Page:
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Reports on Hong Kong dining

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#781 prasantrin

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Posted 06 July 2011 - 07:59 PM

At West Villa you have to order from a sheet. At least it was like that when I was last there (I went to the one at Tai Koo). No carts or anything like that. But I'd be surprised if they stopped doing dim sum at lunch.

#782 hzrt8w

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Posted 06 July 2011 - 11:49 PM

Lunch today at West Villa in Central. To our surprise, no dim sum, but they did do Cha Siu, which was great,

Sorry I didn't know they serve different items at different locations. Thought they would do dim sum at Central also. I too went to only the one at Tai Koo.

then to Cheung Chau and seafood for early dinner.

I think eating at Cheung Chau... better to pick your live seafood from the tanks. We dined at one of those restaurants one time and took the "packaged meal" for two persons. They gave us the small size ingredients for all dishes (e.g. manis shrimp, razor clams, fish, abalone, etc..). Economical... but we just got what we paid for (or didn't paid for...)! :)

Lantau the day after during the day, and then at night? Any suggestions?

If you are going to be coming back from Tung Chung... I would suggest to go to that:

Golden Shanghai Restaurant (金滬庭京川滬菜館) -

They are inside the Citigate Plaza. From the street level, need to go up the escalator to the 1/F or 2/F, then walk the pedestrian overpass (all inside the mall) to the other side. They serve Sichuan and Shanghai styles dishes, which I think are very good.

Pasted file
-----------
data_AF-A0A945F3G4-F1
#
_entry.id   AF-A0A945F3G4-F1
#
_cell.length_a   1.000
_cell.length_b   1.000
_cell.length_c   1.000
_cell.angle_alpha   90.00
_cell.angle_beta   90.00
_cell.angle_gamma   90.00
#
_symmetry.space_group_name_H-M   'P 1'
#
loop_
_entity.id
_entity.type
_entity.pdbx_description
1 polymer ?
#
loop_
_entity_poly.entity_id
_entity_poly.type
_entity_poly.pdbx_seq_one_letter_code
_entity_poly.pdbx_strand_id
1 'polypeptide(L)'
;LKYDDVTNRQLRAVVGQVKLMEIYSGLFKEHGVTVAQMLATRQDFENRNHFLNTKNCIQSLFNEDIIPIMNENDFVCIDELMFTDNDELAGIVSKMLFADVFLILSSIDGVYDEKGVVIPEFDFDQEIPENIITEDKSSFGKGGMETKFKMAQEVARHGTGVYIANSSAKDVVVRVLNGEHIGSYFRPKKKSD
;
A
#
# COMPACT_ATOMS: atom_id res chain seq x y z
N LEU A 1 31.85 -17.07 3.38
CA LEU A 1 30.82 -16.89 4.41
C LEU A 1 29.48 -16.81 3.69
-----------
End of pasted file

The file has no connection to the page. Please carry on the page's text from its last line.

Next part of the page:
W.K. Leung ("Ah Leung") aka "hzrt8w"

#783 KennethT

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Posted 10 July 2011 - 09:13 AM

So, an update on West Villa. The restaurant in Tai Koo is definitely different than the one in Central. Both under the West Villa Group umbrella, but distinct and separate restaurants. Over the last week, the concierge at our hotel became quite friendly with us as they were constantly impressed by our restaurant selections (thanks everyone!). When I was talking to them about West Villa in Tai Koo - they recommended that they make a reservation for us for lunch (even though we were going straight there) as they said it was mostly locals, and tourists without a reservation are usually turned away. So, we hop on the MTR and head to Tai Koo - easy enough, and we are inside the mall - but the problem is, WHERE IS WEST VILLA!?!?! I have never seen such a large mall with no directory! And asking several shopkeepers didn't help because no one had heard of it! We wandered around the mall for a half hour before I got fed up and called our concierge for help. So, if anyone wants the specific info, it's on the 2nd floor, shop #208. It's upstairs and around the corner from the indoor ice-skating rink.

Surely enough, when we got there (now a little after 1PM), we saw quite a few people being turned away, even though there were a couple empty tables by that time. But even though we were a half hour late for our reservation, they took us with no problems. They also seated a few other tables with reservations, and a couple of groups that were obviously regulars.

With all that said, wow, am I glad we went there! By the time we got there, they were out of a few things (the baked cha siu buns for instance), but our waitress made a couple of excellent suggestions - one being the small fried fish fillets, and the other being the fried rib pieces. Both excellent. As stated above, the cha siu bao here were the best we had all week. Not to say others weren't close 2nds, but this one was definitely tops. Their har gau were amazing also. And, we thought their glutinous rice balls with black sesame filling were the best we had anywhere. Too many others to mention....

I will restate that while the West Villa in Central doesnt' serve dim sum - they're Cantonese, with a specialty of seafood, it was a fantastic meal and I would place it near the top of our list for another revisit. While expensive, they did a lobster dish that I've been thinking about for days. Just the texture of it would have made it worthwhile. But they also did a fantastic cha siu and steamed fish. We also had a vegetable dish of nettles in a clay pot that was great - I think they put some fermented shrimp or something in there. And they had excellent service to boot.